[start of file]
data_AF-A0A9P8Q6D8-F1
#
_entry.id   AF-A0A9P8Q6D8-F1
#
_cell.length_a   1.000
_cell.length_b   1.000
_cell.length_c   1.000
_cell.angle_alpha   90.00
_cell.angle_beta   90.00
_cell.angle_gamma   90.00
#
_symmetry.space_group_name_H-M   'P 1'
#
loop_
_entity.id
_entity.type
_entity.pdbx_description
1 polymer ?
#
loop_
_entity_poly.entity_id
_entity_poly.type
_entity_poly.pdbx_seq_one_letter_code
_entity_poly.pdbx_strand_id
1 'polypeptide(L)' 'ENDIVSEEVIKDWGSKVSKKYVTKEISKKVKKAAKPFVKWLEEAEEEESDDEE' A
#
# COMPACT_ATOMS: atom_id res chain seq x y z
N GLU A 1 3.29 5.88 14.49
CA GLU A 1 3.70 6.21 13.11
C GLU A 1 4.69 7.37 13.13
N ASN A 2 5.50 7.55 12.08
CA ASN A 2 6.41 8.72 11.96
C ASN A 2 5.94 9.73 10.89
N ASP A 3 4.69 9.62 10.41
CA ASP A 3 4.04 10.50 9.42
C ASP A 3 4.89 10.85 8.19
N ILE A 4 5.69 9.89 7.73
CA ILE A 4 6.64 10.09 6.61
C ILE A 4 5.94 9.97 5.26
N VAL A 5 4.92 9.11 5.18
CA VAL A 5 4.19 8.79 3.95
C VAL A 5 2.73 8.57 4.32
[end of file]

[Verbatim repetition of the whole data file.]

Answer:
data_AF-A0A9P8Q6D8-F1
#
_entry.id   AF-A0A9P8Q6D8-F1
#
_cell.length_a   1.000
_cell.length_b   1.000
_cell.length_c   1.000
_cell.angle_alpha   90.00
_cell.angle_beta   90.00
_cell.angle_gamma   90.00
#
_symmetry.space_group_name_H-M   'P 1'
#
loop_
_entity.id
_entity.type
_entity.pdbx_description
1 polymer ?
#
loop_
_entity_poly.entity_id
_entity_poly.type
_entity_poly.pdbx_seq_one_letter_code
_entity_poly.pdbx_strand_id
1 'polypeptide(L)' 'ENDIVSEEVIKDWGSKVSKKYVTKEISKKVKKAAKPFVKWLEEAEEEESDDEE' A
#
# COMPACT_ATOMS: atom_id res chain seq x y z
N GLU A 1 3.29 5.88 14.49
CA GLU A 1 3.70 6.21 13.11
C GLU A 1 4.69 7.37 13.13
N ASN A 2 5.50 7.55 12.08
CA ASN A 2 6.41 8.72 11.96
C ASN A 2 5.94 9.73 10.89
N ASP A 3 4.69 9.62 10.41
CA ASP A 3 4.04 10.50 9.42
C ASP A 3 4.89 10.85 8.19
N ILE A 4 5.69 9.89 7.73
CA ILE A 4 6.64 10.09 6.61
C ILE A 4 5.94 9.97 5.26
N VAL A 5 4.92 9.11 5.18
CA VAL A 5 4.19 8.79 3.95
C VAL A 5 2.73 8.57 4.32